South Sudanese Pound
South Sudanese Pound

Experts have said that last week’s decision by the Bank of South Sudan to print more money into the economy will create additional inflationary pressure on the local South Sudanese Pound (SSP) driving it to its lowest value against the U.S. dollar.

Annual inflation peaked 835.7 percent by October, leaving the SSP exchanging now at 86 per U.S. dollar from 32 in April.

Analysts revealed to Xinhua on Thursday in the capital of Juba that despite being driven by the need to fill the SSP shortage in the market, the decision by the central bank to print more currency in the estimate of 5 billion SSP will only address short-term needs but later exacerbate inflation.

This is despite the Central Bank governor Kornelio Koryom quelling public anxiety that the printed money will only replace worn out notes and also help meet arrears of civil servants.

“The presence of the money printed will not affect the economy unless you release it into the economy. And if you release it into the economy and back up with foreign currency or goods and services it will not affect the economy,” he said.

Besides, experts worry that deficit-financing will widen the public debt due to excessive borrowing by government from the market crowding out the nascent private sector that badly needs hard currency.

“Currently what we are doing is to terminate deficit-financing. There are other ways which we have recommended to finance the gap through external borrowing, commercial banks and sell of treasury bills,” Koryom revealed.

He added that there was urgent need to strengthen non-oil revenue collection and management to fill the financial void created due to shrinking oil revenues.

Lecturer of Economics at Upper Nile University James Alic Garang told Xinhua that the central bank was placed between a rock and a hard place due to scarcity of SSP and that necessitated a need to inject new liquidity into the market via new banknotes.

“This is a normal procedure and all central banks do it. Second, the last printing of new banknotes was done many years ago. This new printing was thus expected to happen at some point,” he said.

However, he conceded that the development will create inflationary pressure on the battered economy as consumers will feel the pinch resulting from high prices of imported goods.

South Sudan depends entirely on oil to finance 98 percent of its fiscal budget and yet ongoing conflict and fall in global oil prices have reduced oil production and revenue.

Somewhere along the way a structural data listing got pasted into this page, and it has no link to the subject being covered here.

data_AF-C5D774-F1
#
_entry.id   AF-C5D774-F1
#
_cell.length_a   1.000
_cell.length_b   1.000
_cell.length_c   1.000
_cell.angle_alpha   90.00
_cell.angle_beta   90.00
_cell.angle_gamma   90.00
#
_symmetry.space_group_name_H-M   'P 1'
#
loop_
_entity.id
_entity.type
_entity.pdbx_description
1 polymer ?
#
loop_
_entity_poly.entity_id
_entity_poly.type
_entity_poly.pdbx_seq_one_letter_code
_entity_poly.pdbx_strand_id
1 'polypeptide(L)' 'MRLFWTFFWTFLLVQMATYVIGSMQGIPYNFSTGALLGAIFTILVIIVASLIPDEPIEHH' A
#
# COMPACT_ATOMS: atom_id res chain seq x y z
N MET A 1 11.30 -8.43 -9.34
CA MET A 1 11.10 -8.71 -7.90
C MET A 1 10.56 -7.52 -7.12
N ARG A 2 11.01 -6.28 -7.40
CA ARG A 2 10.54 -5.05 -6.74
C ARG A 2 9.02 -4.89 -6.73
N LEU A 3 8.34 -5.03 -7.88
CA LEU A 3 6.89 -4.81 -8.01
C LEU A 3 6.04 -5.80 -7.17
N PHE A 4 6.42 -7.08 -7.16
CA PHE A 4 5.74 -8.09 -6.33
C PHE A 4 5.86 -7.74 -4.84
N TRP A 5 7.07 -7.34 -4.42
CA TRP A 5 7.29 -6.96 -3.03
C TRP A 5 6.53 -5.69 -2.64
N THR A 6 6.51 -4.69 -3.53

Oil production is at its lowest at less than 130,000 barrels a day from 350,000 bpd since independence in 2011.

Garang added that the economy is carrying undue burden resulting from the more than two years of war which must stop to allow the parties to fully implement the signed August 2015 peace agreement, hence reducing the inflationary pressure on the economy.

“Second, continue to reform economic institutions of governance for better. Third, increase oil production if that is possible. Increased production means more sales and we can fetch some revenue even if the price globally remains low,” he said.

However, political economy analyst Jacob Dut Chol, says that printing more money amid shrinking foreign reserves in the central bank creates further inflation and instead the central bank will be earning more debt on its books.

“It’s basically a dangerous thing which works for short- term but instead you need to fix the revenue management, corruption and excessive public spending,” he said.

Juba-based International Institute for Research and Development (IIRAD) analyst Glamourson Eales, says that this will drive up the existing high cost of doing business due to shortage of hard currency to import goods.

“The health of the economy is important to livelihoods and this may lead to increase in petty crime and corruption,” he revealed.

He added that South Sudan first devalued the SSP in 2015, and printing of more money may lead to further depreciation of the SSP like the case of Zimbabwe’s dollar which has lost value with the latter resorting to issuing bond notes to solve shortage of hard currency.

“The government should reduce expenditure and stick to living within its limits. And to solve this may take years, unless the economy starts to perform and create jobs,” he added. Enditem

Source: Xinhua/NewsGhana.com.gh

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